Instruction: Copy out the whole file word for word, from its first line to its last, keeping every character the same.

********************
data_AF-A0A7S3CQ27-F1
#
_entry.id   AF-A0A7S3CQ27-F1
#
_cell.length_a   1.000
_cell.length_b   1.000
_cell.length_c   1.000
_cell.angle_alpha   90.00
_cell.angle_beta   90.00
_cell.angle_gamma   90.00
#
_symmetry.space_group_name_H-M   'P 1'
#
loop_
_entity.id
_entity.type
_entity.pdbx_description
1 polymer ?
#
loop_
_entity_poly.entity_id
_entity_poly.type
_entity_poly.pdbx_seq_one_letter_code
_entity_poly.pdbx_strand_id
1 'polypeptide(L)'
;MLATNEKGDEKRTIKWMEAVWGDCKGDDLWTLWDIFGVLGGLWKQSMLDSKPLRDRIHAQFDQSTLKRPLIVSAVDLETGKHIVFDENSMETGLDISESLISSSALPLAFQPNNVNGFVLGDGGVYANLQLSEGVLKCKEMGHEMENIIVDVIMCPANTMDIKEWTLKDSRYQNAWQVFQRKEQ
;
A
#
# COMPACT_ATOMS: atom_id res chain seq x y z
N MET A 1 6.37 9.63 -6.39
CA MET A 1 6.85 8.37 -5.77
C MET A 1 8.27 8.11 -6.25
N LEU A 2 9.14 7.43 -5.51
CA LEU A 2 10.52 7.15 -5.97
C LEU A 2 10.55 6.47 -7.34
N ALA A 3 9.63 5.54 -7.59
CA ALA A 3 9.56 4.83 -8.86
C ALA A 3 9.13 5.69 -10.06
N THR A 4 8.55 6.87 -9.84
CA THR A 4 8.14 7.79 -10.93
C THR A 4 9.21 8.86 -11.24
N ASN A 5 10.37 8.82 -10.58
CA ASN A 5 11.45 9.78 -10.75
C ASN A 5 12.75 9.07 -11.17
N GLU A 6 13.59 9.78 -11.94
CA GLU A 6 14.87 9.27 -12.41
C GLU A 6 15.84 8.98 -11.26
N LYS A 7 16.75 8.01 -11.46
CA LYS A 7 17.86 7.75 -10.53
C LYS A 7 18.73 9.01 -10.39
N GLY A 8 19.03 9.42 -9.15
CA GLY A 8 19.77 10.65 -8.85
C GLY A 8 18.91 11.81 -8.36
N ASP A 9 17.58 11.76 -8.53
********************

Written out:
data_AF-A0A7S3CQ27-F1
#
_entry.id   AF-A0A7S3CQ27-F1
#
_cell.length_a   1.000
_cell.length_b   1.000
_cell.length_c   1.000
_cell.angle_alpha   90.00
_cell.angle_beta   90.00
_cell.angle_gamma   90.00
#
_symmetry.space_group_name_H-M   'P 1'
#
loop_
_entity.id
_entity.type
_entity.pdbx_description
1 polymer ?
#
loop_
_entity_poly.entity_id
_entity_poly.type
_entity_poly.pdbx_seq_one_letter_code
_entity_poly.pdbx_strand_id
1 'polypeptide(L)'
;MLATNEKGDEKRTIKWMEAVWGDCKGDDLWTLWDIFGVLGGLWKQSMLDSKPLRDRIHAQFDQSTLKRPLIVSAVDLETGKHIVFDENSMETGLDISESLISSSALPLAFQPNNVNGFVLGDGGVYANLQLSEGVLKCKEMGHEMENIIVDVIMCPANTMDIKEWTLKDSRYQNAWQVFQRKEQ
;
A
#
# COMPACT_ATOMS: atom_id res chain seq x y z
N MET A 1 6.37 9.63 -6.39
CA MET A 1 6.85 8.37 -5.77
C MET A 1 8.27 8.11 -6.25
N LEU A 2 9.14 7.43 -5.51
CA LEU A 2 10.52 7.15 -5.97
C LEU A 2 10.55 6.47 -7.34
N ALA A 3 9.63 5.54 -7.59
CA ALA A 3 9.56 4.83 -8.86
C ALA A 3 9.13 5.69 -10.06
N THR A 4 8.55 6.87 -9.84
CA THR A 4 8.14 7.79 -10.93
C THR A 4 9.21 8.86 -11.24
N ASN A 5 10.37 8.82 -10.58
CA ASN A 5 11.45 9.78 -10.75
C ASN A 5 12.75 9.07 -11.17
N GLU A 6 13.59 9.78 -11.94
CA GLU A 6 14.87 9.27 -12.41
C GLU A 6 15.84 8.98 -11.26
N LYS A 7 16.75 8.01 -11.46
CA LYS A 7 17.86 7.75 -10.53
C LYS A 7 18.73 9.01 -10.39
N GLY A 8 19.03 9.42 -9.15
CA GLY A 8 19.77 10.65 -8.85
C GLY A 8 18.91 11.81 -8.36
N ASP A 9 17.58 11.76 -8.53